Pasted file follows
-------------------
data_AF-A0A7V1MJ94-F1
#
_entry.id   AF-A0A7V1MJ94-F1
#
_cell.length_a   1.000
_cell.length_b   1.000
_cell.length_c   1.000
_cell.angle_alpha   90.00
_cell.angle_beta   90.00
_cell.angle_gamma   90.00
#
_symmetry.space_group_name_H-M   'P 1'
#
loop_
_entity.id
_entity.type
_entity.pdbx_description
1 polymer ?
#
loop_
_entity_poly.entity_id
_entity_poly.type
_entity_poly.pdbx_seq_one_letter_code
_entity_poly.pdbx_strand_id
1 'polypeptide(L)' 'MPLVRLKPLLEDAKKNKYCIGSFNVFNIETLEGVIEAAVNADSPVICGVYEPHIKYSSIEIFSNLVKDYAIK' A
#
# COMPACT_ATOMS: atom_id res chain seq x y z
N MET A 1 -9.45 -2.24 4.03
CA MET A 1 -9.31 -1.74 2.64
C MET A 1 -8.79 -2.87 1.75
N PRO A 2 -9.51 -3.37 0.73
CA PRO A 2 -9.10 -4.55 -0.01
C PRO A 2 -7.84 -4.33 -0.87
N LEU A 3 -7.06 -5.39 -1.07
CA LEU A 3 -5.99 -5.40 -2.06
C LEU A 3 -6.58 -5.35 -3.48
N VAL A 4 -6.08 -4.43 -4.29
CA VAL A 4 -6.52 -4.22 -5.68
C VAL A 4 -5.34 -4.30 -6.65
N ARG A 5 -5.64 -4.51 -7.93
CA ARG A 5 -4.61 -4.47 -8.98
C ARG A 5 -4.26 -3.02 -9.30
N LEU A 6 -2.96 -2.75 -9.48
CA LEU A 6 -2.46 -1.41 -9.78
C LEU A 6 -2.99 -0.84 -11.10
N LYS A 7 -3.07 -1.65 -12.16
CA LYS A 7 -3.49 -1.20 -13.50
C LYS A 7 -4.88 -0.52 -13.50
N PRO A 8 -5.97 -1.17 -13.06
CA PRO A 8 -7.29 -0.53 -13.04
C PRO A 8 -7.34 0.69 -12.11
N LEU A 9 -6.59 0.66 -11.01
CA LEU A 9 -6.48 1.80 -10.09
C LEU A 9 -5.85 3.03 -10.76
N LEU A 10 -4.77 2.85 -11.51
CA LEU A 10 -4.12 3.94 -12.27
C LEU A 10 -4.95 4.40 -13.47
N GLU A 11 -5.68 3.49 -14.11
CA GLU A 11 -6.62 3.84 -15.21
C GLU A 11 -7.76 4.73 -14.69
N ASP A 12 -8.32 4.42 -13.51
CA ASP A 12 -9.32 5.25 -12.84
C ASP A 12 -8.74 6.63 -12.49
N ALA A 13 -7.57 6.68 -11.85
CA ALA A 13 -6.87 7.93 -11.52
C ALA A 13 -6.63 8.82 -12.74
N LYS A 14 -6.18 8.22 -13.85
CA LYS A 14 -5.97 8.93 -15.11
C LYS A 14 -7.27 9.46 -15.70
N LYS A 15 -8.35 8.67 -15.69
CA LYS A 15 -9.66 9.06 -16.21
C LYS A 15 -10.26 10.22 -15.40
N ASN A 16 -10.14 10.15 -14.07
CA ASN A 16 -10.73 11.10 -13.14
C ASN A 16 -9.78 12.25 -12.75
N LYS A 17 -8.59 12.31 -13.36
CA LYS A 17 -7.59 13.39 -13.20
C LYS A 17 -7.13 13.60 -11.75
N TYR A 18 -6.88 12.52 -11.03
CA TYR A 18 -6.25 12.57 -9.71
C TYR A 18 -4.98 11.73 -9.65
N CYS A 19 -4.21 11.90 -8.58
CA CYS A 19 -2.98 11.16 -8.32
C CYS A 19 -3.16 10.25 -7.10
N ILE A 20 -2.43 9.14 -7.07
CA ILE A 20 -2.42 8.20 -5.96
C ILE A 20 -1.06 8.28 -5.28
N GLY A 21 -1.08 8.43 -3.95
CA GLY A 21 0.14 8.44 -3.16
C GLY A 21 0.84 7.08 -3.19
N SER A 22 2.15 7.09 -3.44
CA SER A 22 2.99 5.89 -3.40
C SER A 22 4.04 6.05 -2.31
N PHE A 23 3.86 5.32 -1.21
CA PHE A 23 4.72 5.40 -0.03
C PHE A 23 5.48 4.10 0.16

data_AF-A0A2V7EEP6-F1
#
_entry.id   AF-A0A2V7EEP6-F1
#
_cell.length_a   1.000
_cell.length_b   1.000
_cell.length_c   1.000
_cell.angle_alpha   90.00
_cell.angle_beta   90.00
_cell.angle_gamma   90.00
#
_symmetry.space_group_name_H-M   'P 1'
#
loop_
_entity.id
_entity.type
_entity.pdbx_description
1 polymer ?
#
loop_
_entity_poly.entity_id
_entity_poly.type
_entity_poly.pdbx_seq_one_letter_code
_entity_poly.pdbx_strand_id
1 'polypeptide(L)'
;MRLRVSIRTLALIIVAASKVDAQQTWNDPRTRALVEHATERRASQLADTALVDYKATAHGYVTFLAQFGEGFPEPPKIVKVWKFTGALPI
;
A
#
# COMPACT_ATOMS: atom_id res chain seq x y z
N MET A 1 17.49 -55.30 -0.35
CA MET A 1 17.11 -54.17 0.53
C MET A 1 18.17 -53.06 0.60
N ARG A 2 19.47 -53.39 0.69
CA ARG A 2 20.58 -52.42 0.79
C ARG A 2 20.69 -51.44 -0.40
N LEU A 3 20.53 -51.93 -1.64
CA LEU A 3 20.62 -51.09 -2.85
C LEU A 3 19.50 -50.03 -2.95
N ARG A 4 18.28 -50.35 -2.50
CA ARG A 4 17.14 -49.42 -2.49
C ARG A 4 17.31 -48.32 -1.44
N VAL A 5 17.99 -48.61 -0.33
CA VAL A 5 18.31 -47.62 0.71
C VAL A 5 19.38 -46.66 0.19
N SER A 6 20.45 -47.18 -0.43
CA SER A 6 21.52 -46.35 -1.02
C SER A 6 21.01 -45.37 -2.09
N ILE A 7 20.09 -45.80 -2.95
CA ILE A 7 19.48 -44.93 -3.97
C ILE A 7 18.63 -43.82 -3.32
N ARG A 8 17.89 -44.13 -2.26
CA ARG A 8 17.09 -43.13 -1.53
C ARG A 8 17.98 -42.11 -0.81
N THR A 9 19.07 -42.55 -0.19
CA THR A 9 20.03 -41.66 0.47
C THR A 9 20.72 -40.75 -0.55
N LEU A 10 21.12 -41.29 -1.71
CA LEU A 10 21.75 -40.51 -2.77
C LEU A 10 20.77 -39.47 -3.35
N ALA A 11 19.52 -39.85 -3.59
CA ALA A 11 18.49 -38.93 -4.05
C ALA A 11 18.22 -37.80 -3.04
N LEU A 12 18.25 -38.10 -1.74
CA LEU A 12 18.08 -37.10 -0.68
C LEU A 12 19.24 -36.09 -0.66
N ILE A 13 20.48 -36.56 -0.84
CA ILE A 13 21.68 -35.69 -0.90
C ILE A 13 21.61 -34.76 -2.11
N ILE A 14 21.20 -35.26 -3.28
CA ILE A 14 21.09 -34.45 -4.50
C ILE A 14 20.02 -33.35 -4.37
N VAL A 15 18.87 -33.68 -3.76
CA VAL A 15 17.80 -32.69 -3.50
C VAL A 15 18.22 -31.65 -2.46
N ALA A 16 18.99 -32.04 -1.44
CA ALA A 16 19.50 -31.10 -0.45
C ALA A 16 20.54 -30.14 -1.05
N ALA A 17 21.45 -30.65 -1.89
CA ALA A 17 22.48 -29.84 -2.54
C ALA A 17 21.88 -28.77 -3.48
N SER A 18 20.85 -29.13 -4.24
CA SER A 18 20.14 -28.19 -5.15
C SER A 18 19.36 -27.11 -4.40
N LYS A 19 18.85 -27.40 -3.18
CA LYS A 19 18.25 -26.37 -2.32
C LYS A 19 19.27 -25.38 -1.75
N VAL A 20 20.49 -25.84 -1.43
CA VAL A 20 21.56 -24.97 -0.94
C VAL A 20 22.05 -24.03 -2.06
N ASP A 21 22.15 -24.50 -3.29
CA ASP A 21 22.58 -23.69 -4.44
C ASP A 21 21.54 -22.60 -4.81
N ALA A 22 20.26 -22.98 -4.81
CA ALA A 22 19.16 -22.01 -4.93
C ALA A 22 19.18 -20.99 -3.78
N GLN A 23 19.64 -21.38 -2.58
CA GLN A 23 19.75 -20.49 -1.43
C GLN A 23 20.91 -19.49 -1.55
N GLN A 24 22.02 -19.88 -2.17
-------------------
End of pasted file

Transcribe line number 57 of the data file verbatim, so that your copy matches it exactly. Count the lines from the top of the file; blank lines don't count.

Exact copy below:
C LEU A 10 -4.95 4.40 -13.47